Regarding supply, ViiV’s spokesperson said, “We are committed to scaling up the manufacture of cabotegravir LA for use in treatment and prevention. At the current time, and while we build up the manufacturing capacity, supply will be balanced across global treatment and prevention programmes, as well as supporting multiple implementation science studies, post-trial access commitments, and some programmatic cabotegravir LA for PrEP roll-out.”
Dapivirine ring projects ready to start
Meanwhile, according to Mohale, the dapivirine ring pilots were due to start in June but there was an unanticipated delay for the post-importation testing that needed to happen.
“But we are now ready to start in July. We have a guideline. We have job aids. We have trained all the people that are going to be implementing this and they are all due to start and as we speak right now, the dapivirine rings that were donated are being distributed to the study sites.”
He said the department has already received a donation of 38,400 dapivirine vaginal rings from USAID to use in implementation science pilot projects that have approved ethical and IRB approval. The department has identified approximately 10 such projects that meet the requirements to utilise these donated dapivirine rings.
“The dapivirine ring implementation guidelines with the job aids, recording and reporting tools for healthcare workers, and information materials for healthcare users were developed and approved in December 2022. Training of all the implementers was conducted in May 2023,” he said.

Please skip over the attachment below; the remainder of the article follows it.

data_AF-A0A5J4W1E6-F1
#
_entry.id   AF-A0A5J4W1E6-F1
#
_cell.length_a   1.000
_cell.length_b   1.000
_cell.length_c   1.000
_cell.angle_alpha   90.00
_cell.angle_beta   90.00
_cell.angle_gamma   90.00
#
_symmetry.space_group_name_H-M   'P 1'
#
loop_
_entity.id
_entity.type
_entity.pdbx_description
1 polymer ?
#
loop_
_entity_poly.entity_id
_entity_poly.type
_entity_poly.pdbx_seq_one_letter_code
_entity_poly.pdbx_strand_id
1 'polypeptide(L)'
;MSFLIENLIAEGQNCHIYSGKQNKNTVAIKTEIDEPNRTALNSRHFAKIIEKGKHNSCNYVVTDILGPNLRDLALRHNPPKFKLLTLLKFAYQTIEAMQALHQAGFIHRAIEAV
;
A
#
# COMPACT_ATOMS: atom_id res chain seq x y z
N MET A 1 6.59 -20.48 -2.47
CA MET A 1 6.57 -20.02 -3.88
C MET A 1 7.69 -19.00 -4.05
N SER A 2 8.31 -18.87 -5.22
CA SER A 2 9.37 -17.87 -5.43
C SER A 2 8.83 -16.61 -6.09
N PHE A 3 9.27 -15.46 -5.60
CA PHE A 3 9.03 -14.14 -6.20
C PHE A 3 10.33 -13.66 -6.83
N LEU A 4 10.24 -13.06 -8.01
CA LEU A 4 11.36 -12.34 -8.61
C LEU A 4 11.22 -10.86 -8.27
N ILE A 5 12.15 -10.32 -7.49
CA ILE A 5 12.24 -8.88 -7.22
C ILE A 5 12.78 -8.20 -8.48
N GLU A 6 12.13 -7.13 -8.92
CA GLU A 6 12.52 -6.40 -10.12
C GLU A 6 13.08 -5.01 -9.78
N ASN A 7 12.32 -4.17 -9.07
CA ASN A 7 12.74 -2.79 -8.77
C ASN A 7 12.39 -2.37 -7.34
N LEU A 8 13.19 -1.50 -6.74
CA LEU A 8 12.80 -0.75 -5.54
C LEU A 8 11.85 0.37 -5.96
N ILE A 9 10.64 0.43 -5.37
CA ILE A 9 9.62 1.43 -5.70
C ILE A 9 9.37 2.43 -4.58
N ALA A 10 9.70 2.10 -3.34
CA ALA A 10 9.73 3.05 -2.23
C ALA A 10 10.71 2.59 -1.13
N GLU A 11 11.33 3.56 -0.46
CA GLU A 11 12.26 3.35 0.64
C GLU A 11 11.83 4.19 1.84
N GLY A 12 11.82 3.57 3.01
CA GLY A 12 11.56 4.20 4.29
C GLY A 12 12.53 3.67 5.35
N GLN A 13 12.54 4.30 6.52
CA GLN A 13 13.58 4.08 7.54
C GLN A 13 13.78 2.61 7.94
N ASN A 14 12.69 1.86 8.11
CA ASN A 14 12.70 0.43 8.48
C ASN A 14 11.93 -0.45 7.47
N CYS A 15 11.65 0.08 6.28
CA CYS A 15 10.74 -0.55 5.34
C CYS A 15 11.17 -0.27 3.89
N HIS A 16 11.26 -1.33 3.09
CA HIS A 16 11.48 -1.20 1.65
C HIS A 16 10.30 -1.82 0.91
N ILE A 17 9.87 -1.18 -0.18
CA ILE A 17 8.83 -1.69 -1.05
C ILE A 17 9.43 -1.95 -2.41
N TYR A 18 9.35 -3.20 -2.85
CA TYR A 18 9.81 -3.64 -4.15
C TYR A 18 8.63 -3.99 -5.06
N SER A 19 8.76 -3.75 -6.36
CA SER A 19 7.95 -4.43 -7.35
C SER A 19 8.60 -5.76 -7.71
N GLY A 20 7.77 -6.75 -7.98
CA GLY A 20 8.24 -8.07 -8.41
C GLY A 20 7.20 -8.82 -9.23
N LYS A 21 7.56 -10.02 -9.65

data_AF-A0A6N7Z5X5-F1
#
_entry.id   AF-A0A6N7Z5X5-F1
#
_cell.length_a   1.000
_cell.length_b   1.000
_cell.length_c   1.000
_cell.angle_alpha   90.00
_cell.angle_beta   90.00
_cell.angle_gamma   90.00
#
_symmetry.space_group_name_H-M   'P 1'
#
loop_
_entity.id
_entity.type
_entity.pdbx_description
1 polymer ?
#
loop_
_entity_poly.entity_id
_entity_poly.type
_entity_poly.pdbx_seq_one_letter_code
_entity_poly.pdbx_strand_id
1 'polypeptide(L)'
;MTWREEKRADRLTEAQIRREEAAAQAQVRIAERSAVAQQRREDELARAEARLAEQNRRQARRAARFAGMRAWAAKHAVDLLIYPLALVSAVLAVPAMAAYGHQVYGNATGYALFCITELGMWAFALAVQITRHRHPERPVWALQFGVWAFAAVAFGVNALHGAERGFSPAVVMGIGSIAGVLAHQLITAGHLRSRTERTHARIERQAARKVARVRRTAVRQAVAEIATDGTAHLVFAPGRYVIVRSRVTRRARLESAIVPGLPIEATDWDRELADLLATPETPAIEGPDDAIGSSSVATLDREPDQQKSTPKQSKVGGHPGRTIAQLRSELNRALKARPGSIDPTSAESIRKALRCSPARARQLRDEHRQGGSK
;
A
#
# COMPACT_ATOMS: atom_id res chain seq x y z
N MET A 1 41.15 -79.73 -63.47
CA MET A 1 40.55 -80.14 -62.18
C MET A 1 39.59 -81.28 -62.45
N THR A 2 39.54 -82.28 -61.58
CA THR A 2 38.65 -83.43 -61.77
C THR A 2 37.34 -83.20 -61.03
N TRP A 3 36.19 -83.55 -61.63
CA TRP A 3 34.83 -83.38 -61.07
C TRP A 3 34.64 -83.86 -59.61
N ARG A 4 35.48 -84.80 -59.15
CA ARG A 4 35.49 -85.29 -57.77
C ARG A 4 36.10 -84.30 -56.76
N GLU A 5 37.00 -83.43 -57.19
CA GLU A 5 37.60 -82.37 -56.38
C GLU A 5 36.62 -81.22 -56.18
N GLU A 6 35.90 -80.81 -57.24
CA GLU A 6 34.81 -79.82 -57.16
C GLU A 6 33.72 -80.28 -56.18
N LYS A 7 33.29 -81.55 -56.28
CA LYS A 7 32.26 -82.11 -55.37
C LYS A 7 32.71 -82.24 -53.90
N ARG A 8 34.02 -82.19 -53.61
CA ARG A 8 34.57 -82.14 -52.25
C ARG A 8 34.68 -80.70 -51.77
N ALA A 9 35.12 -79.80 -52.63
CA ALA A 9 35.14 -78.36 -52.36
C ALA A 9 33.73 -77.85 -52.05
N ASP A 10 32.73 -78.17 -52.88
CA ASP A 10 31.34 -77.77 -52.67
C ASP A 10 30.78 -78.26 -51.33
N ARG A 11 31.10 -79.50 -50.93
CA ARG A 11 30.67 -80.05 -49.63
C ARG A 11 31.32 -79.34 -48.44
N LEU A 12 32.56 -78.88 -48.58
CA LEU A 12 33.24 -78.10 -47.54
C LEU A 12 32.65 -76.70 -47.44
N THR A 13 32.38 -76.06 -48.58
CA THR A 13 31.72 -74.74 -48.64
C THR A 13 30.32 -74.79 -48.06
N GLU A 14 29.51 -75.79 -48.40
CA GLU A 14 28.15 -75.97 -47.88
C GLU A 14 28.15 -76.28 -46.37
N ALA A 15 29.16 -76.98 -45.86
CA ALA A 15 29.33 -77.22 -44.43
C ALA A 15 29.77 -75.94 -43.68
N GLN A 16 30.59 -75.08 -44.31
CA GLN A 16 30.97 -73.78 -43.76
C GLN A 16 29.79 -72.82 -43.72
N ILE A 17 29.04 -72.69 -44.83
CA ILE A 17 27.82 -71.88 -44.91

“The donated dapivirine rings arrived in South Africa in May 2023. These projects are located in all nine provinces.”
Naidoo said at the study sites, the ring will be offered alongside oral PrEP. To access the ring, people will have to enrol in one of the studies, which will provide useful data like what the preference is for the ring and whether participants will switch between the ring and oral PrEP.
“They are implementation science studies, so they will be happening in local clinics and real-world settings in communities and will answer the key questions regarding acceptability, feasibility and so on,” Naidoo said.
She also said that data from the studies will be shared regularly with the National Department of Health.
“The National Department of Health has a monitoring framework that will be collecting data from the implementation science studies. So, data really will be informing the roll-out timeously, not at the end after two or three years,” she said. DM
This article was published by Spotlight – health journalism in the public interest.